From ACL: For Complete Post, Click Here…
HHS Announces New Proposed Foster Family Licensing Regulation to Help Expand Access to Kinship Caregiving
Today, the U.S. Department of Health and Human Services (HHS), through the Administration for Children and Families (ACF), announced a new proposed regulation to lessen obstacles in licensing standards for kinship foster caregivers. This proposed rule aligns with President Biden’s priorities on providing necessary resources to keep families together and support kinship care.
“The Biden-Harris Administration continues to prioritize keeping families safely together, including removing barriers for child welfare agencies to license grandparents, aunts, uncles, and other relatives and kin who step up to foster children during challenging times,” said HHS Secretary Xavier Becerra. “As this new proposed regulation gives states and tribes the ability to adopt separate licensing standards for relatives and other kin, we encourage agencies to place as few burdens as possible on kin, consistent with the safety and well-being of the child.”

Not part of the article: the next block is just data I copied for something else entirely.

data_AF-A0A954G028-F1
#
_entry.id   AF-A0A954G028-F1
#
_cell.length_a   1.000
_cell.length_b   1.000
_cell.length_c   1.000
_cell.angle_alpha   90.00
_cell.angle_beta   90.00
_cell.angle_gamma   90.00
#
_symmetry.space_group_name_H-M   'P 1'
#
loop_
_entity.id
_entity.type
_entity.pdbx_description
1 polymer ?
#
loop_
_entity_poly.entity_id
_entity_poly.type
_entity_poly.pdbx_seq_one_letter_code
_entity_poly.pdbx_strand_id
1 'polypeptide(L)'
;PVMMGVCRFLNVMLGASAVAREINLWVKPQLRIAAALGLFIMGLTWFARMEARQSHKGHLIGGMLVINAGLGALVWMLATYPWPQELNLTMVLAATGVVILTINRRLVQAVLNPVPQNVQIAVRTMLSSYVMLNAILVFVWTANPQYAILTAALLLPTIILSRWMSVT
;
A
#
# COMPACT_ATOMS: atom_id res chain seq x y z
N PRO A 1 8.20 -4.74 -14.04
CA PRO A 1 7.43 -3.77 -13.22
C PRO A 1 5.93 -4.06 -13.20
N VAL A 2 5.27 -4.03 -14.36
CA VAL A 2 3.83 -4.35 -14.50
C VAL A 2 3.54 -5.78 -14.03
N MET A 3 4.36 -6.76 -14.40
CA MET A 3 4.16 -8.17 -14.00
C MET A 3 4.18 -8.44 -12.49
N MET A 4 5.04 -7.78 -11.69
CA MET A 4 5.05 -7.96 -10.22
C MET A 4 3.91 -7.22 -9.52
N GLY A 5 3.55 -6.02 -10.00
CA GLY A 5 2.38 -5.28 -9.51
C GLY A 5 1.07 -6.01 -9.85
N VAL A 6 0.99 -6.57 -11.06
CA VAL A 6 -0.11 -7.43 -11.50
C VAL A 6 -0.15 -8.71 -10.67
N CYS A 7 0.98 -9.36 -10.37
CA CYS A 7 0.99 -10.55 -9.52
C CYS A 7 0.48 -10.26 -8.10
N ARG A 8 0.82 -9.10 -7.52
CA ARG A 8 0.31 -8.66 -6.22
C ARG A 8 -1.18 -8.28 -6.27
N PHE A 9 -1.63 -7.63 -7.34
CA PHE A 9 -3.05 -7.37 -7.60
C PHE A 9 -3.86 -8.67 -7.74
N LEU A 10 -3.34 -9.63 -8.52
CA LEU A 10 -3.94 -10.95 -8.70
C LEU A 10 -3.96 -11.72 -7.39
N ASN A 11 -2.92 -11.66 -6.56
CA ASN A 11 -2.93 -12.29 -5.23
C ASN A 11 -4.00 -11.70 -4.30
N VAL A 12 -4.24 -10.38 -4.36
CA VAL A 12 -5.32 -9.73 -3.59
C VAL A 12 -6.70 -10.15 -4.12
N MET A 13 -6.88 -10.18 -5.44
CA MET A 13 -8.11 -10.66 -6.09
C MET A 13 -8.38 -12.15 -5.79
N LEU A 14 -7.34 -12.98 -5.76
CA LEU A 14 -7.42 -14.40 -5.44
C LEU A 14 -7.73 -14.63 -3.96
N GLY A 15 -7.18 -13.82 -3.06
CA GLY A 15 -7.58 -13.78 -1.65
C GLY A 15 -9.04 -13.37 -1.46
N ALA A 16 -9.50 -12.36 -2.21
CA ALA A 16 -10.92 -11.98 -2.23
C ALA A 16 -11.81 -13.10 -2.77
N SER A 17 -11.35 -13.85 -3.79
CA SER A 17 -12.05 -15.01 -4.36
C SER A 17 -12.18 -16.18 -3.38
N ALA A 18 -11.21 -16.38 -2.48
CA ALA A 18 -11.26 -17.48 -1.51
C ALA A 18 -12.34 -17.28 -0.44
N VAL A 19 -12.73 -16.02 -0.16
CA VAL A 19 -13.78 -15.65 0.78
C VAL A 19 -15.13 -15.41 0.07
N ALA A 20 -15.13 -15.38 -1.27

Currently, all foster family homes must meet the same licensing standards, regardless of whether the foster family home is a kin or non-kin placement. This updated regulation allows a child welfare agency to adopt different licensing standards for all kin foster family homes to lessen delays in the kinship foster family licensing process. Kin can include individuals related to a child by blood, marriage, or adoption and other individuals who have an emotionally significant relationship with the child, such as godparents, and close family friends.
ACF’s Children’s Bureau encourages child welfare agencies to strongly consider developing standards for kin foster family homes that meet only the federal requirements and not additional standards the state, local, or tribal agency may require non-relative foster family homes to meet. These standards may include extending the age limits for kinship foster care providers to allow for older kin to foster a child or allowing kin children to share sleeping spaces.